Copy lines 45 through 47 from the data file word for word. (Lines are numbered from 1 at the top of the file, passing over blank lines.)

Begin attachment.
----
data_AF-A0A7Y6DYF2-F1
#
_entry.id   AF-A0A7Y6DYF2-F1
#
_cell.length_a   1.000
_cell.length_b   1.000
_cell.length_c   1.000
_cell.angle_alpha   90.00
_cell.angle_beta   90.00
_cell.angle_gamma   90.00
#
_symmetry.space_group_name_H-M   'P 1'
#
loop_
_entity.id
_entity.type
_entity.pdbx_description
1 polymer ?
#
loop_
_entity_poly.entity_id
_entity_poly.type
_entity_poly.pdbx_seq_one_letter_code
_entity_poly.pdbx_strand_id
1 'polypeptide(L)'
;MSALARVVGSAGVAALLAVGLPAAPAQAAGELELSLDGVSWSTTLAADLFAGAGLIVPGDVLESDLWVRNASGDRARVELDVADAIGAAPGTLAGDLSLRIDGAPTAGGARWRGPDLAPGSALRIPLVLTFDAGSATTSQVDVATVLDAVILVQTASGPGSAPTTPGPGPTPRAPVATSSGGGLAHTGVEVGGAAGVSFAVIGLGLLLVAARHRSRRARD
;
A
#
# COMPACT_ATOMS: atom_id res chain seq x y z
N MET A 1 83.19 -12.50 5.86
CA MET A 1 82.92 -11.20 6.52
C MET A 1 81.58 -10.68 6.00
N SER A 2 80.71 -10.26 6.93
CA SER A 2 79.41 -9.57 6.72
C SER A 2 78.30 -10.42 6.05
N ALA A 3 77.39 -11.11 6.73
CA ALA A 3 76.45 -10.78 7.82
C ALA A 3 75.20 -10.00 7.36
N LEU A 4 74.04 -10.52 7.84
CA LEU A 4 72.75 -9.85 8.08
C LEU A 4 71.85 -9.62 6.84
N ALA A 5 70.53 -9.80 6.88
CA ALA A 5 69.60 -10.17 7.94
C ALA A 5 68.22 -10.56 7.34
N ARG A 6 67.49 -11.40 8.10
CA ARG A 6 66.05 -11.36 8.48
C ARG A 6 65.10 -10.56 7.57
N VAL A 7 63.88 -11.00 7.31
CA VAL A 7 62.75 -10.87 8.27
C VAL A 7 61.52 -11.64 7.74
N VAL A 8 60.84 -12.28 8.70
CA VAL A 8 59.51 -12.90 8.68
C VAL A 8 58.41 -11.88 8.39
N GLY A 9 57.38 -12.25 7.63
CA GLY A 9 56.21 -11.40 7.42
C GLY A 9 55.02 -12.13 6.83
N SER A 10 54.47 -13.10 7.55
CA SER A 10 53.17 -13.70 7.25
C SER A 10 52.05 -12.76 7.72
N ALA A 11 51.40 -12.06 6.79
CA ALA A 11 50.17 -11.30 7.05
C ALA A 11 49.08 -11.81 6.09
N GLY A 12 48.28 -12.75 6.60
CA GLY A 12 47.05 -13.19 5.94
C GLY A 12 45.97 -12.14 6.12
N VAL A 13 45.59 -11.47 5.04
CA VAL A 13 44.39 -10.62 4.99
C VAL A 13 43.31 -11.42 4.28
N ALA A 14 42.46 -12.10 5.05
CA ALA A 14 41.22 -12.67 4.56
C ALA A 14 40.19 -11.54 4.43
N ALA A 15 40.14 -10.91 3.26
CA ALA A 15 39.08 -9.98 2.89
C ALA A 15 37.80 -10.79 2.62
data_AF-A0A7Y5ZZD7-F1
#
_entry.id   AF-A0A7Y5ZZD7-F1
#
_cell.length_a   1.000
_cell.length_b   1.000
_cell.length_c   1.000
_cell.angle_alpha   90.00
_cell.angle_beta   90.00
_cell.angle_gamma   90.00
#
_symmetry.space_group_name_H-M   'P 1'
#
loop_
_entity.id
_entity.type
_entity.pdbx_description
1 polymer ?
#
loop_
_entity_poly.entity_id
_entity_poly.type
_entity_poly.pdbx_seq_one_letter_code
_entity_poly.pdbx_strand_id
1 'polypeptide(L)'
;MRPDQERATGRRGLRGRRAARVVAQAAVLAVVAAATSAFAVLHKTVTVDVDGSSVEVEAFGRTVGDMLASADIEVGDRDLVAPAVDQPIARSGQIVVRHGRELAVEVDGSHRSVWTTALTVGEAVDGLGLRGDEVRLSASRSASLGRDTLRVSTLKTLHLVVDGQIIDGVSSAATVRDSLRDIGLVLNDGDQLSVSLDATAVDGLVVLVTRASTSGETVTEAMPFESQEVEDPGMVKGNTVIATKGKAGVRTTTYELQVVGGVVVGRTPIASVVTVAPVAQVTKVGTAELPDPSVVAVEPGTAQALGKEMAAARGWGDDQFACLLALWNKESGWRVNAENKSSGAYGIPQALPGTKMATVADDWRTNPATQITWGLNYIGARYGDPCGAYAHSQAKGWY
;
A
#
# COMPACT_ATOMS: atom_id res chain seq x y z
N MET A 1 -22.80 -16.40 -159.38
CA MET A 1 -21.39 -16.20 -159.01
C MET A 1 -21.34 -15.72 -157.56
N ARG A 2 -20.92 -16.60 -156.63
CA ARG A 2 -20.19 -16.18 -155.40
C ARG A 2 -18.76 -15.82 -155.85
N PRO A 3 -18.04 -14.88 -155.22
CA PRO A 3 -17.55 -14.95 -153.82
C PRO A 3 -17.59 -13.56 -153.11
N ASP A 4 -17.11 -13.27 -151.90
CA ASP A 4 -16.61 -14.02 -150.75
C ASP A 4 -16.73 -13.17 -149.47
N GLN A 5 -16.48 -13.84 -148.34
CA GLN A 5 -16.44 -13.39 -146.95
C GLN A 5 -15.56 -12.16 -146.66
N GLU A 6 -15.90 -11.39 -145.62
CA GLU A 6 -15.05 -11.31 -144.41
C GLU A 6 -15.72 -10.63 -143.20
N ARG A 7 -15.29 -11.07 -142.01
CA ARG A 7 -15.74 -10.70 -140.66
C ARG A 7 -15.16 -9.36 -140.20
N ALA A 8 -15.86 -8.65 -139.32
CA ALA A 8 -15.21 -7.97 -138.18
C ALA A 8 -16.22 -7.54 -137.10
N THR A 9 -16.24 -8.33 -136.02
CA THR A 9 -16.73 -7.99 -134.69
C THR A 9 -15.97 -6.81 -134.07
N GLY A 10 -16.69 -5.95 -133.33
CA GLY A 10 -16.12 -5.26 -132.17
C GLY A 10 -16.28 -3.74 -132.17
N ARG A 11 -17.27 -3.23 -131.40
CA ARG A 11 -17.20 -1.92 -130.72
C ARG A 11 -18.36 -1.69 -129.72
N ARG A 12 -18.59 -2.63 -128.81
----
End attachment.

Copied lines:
C ALA A 5 68.22 -10.56 7.34
N ARG A 6 67.49 -11.40 8.10
CA ARG A 6 66.05 -11.36 8.48